Summary: Don’t neglect your children’s spiritual well-being - give them the gift of knowing what they are really celebrating – Jesus’ birthday.


The arrival of the Christmas season brings with it thoughts of decorative outdoor lights that turn yards into a beautiful kaleidoscope of colors. During this time of year we also think of evergreen trees with their enchanting scent of pine needles. We are reminded of Santa Claus and his reindeer, of candles, bells, stars, wreaths, ornaments, hollies, candy canes and presents. But, sad to say, the most important reason for celebrating Christmas seems to have been left out of the celebrations – Christ Himself.

Some of us make it a practice to set aside one evening of advent a year to cruise the residential areas of the city or town we live in and admire the unique display of Christmas lights. I am overwhelmed by all the work and money that goes into some of those elaborate outdoor Christmas displays. I sometimes wonder how many of the occupants living in those houses, decorated with hundreds and hundreds of lights, have actually seen the inside of a church at least once in the past year. Are their efforts all just for show or are they really and truly expressing their love for Christ in their own particular way through this medium? It seems that for many people the most important part of what Christmas is all about is missing from their celebration. People have become so caught up in the materialistic aspect of the season that they leave out the real reason for the season.

Now, I’m not suggesting that there is anything wrong with adorning our homes with lights, trees, ornaments and all the other festive things that occupy our thoughts during advent. But they should be placed in their proper perspective. Our outward and visible expressions should bare a relationship to the event. You might ask, what then is the relationship of lights and ornaments and gift giving to Christ’s birthday?

Well, there is a Christian connection with all of things we think about at Christmas including gift giving and Christ’s birthday. We give gifts because we attempt to humbly imitate God the Father who gave His Son as His gift to us on that first Christmas morning. Gifts were also brought by the Magi. Gold, frankincense and myrrh were presented to the Baby Jesus at the stable in Bethlehem. Gift giving is part of our Christian heritage. They are nice to give and they are nice to receive. But, our main focus should be on the holy season – the birthday of our Lord and Savior Jesus Christ. Gift giving should not be a ransom to regain our children’s love and respect from months of neglect.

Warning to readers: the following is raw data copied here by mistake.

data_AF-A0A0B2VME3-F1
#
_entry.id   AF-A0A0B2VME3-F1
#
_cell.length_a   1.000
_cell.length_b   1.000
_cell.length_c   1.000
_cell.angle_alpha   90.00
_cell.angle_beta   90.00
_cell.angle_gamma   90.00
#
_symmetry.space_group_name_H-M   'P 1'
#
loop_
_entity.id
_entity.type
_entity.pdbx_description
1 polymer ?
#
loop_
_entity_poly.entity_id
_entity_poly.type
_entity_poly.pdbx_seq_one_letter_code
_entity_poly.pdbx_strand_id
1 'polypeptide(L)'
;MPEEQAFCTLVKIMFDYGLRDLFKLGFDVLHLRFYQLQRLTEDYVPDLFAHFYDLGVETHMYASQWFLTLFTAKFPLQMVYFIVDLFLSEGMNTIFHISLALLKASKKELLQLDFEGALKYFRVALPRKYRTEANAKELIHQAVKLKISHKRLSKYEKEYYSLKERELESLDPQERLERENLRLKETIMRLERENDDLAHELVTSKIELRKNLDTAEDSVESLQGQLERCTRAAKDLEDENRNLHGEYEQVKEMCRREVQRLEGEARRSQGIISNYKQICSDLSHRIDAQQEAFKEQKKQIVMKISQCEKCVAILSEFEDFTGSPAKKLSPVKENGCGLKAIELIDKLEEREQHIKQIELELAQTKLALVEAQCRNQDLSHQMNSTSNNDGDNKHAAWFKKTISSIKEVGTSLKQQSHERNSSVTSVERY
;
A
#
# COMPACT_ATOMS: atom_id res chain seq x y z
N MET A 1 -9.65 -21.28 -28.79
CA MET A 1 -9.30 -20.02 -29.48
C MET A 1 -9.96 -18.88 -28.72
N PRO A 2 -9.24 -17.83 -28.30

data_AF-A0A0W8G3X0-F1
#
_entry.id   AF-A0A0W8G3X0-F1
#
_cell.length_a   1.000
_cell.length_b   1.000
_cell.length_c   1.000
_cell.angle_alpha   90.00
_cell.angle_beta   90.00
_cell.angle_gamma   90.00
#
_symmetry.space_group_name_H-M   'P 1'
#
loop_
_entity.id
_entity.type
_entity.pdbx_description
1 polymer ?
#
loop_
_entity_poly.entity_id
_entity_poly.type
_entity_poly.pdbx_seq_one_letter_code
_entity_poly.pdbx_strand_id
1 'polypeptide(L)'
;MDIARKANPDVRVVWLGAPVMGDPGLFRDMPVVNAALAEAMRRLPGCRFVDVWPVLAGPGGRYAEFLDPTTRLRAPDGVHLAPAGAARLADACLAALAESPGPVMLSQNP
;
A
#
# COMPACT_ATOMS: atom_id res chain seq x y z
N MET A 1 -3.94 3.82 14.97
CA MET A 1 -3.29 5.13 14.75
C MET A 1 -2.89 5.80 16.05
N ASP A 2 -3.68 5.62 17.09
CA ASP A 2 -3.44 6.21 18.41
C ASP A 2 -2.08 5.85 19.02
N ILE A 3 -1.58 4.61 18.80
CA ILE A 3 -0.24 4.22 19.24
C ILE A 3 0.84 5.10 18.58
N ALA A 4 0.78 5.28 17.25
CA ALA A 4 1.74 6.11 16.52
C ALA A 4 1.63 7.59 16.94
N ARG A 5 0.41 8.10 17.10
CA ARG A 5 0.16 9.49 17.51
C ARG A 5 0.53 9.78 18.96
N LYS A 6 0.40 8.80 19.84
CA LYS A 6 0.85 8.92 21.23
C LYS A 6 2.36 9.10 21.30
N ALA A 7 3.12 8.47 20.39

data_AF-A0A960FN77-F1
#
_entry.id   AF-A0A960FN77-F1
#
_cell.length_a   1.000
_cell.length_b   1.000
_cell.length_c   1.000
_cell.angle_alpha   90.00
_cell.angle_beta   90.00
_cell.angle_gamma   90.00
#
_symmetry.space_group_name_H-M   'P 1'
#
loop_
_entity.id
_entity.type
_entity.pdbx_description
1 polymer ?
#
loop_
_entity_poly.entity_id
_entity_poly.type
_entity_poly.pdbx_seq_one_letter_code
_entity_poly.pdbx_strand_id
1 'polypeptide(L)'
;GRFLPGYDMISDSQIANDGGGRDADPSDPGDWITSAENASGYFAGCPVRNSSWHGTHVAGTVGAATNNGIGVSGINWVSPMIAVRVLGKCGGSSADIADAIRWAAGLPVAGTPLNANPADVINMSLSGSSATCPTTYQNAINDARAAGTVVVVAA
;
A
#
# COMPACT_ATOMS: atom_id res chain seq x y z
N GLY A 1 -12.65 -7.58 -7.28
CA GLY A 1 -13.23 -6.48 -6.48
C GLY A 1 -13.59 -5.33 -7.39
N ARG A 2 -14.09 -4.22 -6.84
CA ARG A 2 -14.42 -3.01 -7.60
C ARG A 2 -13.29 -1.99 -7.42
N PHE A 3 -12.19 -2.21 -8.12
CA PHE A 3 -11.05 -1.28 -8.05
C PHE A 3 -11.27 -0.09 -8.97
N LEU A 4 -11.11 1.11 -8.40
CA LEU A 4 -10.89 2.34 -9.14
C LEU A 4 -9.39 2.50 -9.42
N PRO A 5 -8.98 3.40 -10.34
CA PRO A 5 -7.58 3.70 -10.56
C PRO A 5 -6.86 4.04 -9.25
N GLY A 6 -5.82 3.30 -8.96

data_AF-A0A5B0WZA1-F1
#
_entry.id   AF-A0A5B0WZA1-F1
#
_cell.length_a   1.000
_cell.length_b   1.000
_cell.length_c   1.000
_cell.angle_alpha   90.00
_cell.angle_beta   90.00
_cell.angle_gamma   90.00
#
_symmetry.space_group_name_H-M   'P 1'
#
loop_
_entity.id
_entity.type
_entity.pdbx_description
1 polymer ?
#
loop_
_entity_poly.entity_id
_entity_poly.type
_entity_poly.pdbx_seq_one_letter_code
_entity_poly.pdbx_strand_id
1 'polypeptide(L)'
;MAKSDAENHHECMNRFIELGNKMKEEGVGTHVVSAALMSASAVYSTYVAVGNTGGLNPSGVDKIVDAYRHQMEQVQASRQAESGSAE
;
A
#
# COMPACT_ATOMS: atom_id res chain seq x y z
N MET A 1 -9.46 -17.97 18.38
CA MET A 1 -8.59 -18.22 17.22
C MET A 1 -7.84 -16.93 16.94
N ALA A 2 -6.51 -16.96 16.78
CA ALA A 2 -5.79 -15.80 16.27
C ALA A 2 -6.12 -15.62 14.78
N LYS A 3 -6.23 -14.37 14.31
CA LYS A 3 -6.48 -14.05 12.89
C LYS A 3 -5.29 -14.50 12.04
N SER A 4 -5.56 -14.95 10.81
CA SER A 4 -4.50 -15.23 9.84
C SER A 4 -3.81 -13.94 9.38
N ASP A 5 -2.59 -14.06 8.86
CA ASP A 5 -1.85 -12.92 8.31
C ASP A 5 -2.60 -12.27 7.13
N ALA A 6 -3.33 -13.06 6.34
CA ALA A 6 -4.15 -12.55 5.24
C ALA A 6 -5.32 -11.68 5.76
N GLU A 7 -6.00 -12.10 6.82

Some parents, in their attempt to appease their children, have spent dollars upon dollars buying their children’s love and respect with gifts. Yet, they have neglected to teach them the true meaning of Christmas.

Over the past few years there have been many e-mail messages that have ended up in my “inbox”. Recently I received an e-mail which dealt beautifully with the true meaning of Christmas. The theme of the message focused on children and was entitled, “Teach the Children.” Let me share it with you this morning. This is what it said:

“I just finished the household chores for the night and was preparing to go to bed when I heard a noise in the front of the house. I opened the door to the front room and to my surprise, Santa himself stepped out from behind the Christmas tree.

He placed his finger over my mouth so I wouldn’t cry out. “What are you doing?” I started to ask. The words choked up in my throat, and I saw he had tears in his eyes. His usual jolly manner was gone. Gone was the eager, boisterous soul we all know.

He then answered me with a simple statement. “TEACH THE CHILDREN.”

I was puzzled. What did he mean? He anticipated my question, and with one quick movement brought forth a miniature toy bag from behind the tree. As I stood bewildered, Santa said, “Teach the children! Teach them the old meaning of Christmas - the meaning that now-a-days Christmas has forgotten.”

Santa then reached in his bag and pulled out a FIR TREE and placed it before the mantle. “Teach the children that the pure green color of the stately fir tree remains green all year round, depicting the everlasting hope of mankind, all needles point heavenward, making it a symbol of man’s thoughts turning toward heaven.”

He again reached into his bag and pulled out a brilliant STAR. “Teach the children that the star was the heavenly sign of promises long ago. God promised a Savior for the world, and the star was the sign of fulfillment of His promise.

He then reached into his bag and pulled out a CANDLE. “Teach the children that the candle symbolizes Christ who is the light of the world. When we see this great light, we are reminded of Him who displaces the darkness.”

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